GOP Urges Dems to Avoid Partisanship in Court Debate

With the confirmation of chief justice nominee John Roberts (search) guaranteed, Democrats on Wednesday promised a battle if President Bush's next nominee is a hard-right conservative.

"If the president sends us a nominee who is committed to an agenda of turning back the clock on civil rights, workers' rights, individual autonomy or other vital constitutional protections, there will likely be a fight," said Sen. Charles Schumer (search), of New York, chairman of the Democrats' Senate campaign committee and a member of the Senate Judiciary Committee.

Schumer's remarks came as Republicans lavished praise on Roberts, headed for certain confirmation on Thursday, and urged Democrats to provide respectful, nonpartisan debate on Bush's next Supreme Court (search) pick — who will have the power to swing the court to the right.

But Schumer said that if the White House sends up previously filibustered judicial nominees or extreme ideologues, Democrats would fight to the finish.

He singled out federal appellate judges Janice Rogers Brown and Priscilla Owen, and Hispanic lawyer Miguel Estrada as nominees Democrats would fight. All three were filibustered by Democrats. Estrada dropped his nomination, while Brown and Owen were confirmed after centrist senators struck a deal earlier this year.

Even Democrats who support Roberts say they will fight any nominee they considered to be an ideological activists.

"My intention to vote for Judge Roberts tomorrow should in no way be construed as a weather vane for how I might vote on the next nominee," said Sen. Ron Wyden, D-Ore. "In the past I have not hesitated to vote against several of the president's nominees to the Courts of Appeal when they carried the ideological and activist baggage that I believe would be disruptive to our society."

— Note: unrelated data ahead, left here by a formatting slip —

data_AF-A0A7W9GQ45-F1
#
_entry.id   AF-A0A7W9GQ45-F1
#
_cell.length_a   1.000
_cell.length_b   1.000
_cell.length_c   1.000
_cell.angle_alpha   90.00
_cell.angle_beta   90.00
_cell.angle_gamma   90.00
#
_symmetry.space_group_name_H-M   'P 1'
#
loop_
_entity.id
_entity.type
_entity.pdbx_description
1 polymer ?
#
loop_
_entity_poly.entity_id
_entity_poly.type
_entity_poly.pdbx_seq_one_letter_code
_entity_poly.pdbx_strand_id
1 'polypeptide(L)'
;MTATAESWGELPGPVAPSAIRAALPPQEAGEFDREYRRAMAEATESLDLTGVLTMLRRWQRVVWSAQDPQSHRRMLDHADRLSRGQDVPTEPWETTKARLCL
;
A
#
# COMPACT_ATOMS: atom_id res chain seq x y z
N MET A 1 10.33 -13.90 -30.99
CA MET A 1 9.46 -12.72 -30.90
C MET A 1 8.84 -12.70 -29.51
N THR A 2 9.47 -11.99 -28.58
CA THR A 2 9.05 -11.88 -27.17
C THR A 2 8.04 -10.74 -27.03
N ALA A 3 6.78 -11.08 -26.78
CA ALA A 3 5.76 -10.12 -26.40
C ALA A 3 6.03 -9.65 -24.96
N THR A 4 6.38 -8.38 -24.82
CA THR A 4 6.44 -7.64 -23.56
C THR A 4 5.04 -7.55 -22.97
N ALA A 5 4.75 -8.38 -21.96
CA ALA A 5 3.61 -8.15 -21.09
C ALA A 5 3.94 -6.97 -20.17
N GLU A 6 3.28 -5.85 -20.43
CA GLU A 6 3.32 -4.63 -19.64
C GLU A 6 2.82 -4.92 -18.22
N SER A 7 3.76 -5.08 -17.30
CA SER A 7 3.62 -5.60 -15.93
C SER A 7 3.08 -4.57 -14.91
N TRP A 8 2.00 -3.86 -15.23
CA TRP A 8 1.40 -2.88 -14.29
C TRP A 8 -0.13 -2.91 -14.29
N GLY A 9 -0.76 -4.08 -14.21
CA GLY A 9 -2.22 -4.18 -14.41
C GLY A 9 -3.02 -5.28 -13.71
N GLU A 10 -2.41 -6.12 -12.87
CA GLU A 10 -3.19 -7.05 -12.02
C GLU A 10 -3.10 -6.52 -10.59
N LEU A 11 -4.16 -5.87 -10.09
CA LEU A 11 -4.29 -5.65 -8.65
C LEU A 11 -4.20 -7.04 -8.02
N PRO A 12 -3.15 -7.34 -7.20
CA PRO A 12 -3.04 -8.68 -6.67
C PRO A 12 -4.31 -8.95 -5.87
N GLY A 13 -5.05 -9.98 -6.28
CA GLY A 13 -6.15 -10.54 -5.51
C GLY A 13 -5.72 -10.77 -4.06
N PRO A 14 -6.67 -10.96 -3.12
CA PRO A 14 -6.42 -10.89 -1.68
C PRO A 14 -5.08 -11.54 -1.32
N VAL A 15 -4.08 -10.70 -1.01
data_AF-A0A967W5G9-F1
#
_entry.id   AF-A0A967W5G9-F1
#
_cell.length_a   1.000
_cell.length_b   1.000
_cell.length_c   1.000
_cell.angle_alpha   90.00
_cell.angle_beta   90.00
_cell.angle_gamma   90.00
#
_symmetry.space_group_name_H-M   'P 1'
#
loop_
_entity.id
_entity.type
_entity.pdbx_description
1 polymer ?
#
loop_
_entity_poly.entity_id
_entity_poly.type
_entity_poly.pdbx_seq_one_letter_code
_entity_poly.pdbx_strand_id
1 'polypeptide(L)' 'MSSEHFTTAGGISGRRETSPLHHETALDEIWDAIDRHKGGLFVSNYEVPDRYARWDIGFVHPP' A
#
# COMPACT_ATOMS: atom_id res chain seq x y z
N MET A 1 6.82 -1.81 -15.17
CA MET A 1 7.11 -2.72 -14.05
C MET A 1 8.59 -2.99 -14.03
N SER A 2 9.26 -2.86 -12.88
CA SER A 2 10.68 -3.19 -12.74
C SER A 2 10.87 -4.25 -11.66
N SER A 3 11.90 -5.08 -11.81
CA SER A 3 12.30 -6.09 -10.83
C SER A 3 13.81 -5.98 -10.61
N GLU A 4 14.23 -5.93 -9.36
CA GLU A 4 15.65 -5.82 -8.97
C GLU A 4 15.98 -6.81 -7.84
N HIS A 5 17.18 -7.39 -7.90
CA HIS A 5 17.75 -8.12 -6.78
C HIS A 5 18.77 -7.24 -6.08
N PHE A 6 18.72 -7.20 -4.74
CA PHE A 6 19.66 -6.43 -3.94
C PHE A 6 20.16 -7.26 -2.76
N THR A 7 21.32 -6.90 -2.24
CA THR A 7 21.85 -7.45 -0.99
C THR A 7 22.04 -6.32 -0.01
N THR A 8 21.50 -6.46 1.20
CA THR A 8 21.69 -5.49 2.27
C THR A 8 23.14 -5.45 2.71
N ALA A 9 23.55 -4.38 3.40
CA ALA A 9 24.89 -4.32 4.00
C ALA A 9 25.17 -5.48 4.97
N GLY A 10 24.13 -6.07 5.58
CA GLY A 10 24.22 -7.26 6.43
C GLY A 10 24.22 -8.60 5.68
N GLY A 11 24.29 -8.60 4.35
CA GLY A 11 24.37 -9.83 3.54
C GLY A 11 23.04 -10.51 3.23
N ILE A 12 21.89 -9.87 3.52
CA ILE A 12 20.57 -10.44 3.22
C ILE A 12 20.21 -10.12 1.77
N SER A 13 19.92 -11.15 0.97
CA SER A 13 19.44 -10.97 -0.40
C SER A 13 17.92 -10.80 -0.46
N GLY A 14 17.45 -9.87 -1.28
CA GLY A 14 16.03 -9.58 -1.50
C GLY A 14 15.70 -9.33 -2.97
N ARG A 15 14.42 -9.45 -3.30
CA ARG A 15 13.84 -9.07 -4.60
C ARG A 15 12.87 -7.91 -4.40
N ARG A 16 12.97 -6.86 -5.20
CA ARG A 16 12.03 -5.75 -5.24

Republicans called for Democrats to stay away from making decisions based on partisanship.

"I'm hopeful through the debate on this nominee, and the next Supreme Court nomination, we can avoid the destructive partisanship that approached the brink of absolutism in ideology," said Sen. Pat Roberts, R-Kan.

Roberts will be confirmed as the 17th chief justice on Thursday with support from almost three-fourths of the 100-member Senate, and Bush is expected to name his next nominee to the Supreme Court soon thereafter.

Roberts has gone through the Senate relatively unscathed from the day President Bush tapped him as the nation's 109th Supreme Court justice.

"I'm not sure we will ever have the privilege of voting on a nominee who is more intelligent than John Roberts," said Sen. Gordon Smith, R-Ore. "His integrity is beyond reproach as well. There's been no hint of any scandal."

Despite complaining about the White House's decision to withhold his documents from Roberts' time as deputy solicitor general and Roberts' refusal to fully answer their questions during his confirmation hearing, the Senate's Democratic leadership decided not to try to delay his confirmation or attempt a filibuster (search).

The Democratic caucus is split on how to vote on Roberts, with Sen. Tom Harkin of Iowa joining the ranks of the Roberts opponents on Wednesday. "I am unable to conclude that a Roberts court would guarantee the rights of the powerless," Harkin said.

But Democrats who plan to vote for Roberts say his character makes them hope that he will be fair chief justice.

"He is a person of outstanding ability and strong character who possesses in my view a deep commitment to the law and the principle of equal justice for all," said Sen. Christopher Dodd, D-Conn.

Senators are expecting a more partisan fight over Bush's replacement for retiring Justice Sandra Day O'Connor (search). She often has been a swing vote, a majority maker whose replacement could signal a shift on the court on many contentious issues including abortion and affirmative action.

Bush has promised to nominate justices in the mold of Antonin Scalia and Clarence Thomas, two of the court's most conservative members. Replacing O'Connor, who was considered a moderate, with a hard-right conservative would move the court further to the right.

Republicans are calling on Democrats to treat the next nominee just as Roberts was treated.

"It seems to me that on this particular nomination we conducted ourselves well, and hopefully we can do that again," said Sen. Mitch McConnell of Kentucky, the Senate's No. 2 Republican.